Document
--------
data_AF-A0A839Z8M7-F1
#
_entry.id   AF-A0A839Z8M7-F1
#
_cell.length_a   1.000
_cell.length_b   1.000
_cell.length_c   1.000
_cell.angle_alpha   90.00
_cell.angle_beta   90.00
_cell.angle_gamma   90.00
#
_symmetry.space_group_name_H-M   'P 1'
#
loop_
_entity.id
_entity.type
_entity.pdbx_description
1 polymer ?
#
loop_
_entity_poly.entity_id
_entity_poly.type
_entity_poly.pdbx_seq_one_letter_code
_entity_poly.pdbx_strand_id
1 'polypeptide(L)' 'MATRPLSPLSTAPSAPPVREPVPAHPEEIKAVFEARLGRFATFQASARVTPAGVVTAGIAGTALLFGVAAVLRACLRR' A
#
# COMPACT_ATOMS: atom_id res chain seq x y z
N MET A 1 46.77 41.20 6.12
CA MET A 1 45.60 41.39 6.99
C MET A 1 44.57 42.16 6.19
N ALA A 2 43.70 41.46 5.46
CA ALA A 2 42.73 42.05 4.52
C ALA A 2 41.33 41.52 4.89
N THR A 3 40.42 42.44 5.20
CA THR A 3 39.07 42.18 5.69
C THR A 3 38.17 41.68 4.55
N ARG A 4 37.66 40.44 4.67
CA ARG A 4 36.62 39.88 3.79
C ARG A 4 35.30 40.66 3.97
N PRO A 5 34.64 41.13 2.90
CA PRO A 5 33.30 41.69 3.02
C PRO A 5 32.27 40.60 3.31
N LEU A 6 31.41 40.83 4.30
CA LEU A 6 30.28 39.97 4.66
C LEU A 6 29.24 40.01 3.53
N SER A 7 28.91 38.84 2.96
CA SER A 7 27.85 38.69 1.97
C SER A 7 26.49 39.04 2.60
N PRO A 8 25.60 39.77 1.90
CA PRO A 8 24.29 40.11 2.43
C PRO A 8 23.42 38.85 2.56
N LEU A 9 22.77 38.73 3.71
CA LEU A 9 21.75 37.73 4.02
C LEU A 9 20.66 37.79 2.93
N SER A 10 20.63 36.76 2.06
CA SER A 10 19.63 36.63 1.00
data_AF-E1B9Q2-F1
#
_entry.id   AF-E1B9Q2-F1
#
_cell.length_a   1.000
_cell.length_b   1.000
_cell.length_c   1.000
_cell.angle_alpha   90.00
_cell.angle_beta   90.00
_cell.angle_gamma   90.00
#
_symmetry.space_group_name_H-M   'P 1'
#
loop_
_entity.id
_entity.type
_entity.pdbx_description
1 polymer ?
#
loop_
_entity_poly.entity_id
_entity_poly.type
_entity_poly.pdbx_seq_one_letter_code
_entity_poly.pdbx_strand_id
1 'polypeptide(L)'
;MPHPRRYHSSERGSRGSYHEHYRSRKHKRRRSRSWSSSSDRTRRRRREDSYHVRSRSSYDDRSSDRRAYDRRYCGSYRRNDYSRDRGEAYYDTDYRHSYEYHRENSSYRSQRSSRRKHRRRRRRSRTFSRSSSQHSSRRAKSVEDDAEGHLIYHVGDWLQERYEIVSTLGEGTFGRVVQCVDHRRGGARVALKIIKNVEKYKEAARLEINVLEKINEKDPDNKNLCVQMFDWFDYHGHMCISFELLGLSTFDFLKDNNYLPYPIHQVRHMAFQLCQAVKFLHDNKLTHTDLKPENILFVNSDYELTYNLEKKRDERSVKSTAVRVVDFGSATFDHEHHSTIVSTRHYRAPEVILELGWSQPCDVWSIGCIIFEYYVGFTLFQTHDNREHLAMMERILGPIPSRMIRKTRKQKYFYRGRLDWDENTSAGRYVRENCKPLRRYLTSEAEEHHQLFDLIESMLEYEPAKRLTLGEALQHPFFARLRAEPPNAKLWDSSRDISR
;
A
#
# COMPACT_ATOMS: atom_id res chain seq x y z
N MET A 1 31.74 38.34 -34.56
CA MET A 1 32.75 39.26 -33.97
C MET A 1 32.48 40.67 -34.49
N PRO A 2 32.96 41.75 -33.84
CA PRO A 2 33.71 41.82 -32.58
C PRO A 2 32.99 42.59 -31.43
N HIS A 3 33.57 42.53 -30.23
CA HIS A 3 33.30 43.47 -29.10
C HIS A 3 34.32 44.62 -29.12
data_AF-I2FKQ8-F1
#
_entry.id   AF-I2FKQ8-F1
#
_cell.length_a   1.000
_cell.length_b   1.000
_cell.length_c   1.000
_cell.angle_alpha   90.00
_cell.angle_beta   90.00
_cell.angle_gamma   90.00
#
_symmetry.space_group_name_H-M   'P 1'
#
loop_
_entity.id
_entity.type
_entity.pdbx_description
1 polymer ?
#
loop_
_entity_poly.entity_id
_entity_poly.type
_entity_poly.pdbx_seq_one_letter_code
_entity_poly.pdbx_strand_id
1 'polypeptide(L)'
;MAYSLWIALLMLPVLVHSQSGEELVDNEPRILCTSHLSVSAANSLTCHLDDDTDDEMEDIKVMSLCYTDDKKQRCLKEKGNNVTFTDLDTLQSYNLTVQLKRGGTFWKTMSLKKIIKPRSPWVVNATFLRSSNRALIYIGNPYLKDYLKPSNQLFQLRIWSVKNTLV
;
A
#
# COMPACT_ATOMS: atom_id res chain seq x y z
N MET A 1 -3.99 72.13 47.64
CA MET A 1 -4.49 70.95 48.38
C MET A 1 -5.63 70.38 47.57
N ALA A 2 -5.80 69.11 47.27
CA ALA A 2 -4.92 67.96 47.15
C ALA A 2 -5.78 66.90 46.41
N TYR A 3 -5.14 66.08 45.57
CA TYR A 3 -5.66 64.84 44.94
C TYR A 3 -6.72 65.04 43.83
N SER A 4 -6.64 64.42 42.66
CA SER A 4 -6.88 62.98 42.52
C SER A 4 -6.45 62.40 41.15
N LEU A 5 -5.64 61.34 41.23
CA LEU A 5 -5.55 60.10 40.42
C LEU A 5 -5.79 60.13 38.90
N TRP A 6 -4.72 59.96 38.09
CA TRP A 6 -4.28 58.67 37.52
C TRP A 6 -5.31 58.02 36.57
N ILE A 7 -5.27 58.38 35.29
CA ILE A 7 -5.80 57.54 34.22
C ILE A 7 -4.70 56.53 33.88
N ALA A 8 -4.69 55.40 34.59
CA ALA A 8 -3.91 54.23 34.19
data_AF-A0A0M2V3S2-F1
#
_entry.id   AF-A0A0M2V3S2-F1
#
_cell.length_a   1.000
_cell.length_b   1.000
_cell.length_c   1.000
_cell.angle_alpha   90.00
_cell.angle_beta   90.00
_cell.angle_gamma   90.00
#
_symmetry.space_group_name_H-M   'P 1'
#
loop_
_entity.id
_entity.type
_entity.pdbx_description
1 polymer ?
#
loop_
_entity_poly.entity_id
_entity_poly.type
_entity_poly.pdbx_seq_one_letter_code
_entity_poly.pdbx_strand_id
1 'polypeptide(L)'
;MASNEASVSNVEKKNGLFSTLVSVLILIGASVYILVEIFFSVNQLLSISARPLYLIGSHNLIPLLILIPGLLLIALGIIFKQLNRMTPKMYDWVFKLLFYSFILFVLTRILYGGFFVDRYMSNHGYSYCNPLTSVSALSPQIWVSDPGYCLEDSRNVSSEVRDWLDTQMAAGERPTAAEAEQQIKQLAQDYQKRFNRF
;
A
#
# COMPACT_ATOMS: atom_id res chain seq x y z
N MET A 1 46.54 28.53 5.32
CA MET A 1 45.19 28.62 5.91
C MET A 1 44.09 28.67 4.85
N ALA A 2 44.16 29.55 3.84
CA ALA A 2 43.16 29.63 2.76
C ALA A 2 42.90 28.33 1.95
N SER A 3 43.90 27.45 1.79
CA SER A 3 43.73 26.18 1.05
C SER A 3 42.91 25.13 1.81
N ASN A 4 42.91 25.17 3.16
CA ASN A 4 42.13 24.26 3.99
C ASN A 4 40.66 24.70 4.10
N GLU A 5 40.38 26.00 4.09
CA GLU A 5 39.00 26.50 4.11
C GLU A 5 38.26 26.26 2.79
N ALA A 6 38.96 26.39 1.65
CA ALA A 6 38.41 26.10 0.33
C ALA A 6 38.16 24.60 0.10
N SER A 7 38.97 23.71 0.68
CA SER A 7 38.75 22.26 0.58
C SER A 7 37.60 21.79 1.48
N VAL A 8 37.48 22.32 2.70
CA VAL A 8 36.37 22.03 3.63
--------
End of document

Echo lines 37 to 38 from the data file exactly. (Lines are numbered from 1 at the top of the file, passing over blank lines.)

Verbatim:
N ARG A 4 37.66 40.44 4.67
CA ARG A 4 36.62 39.88 3.79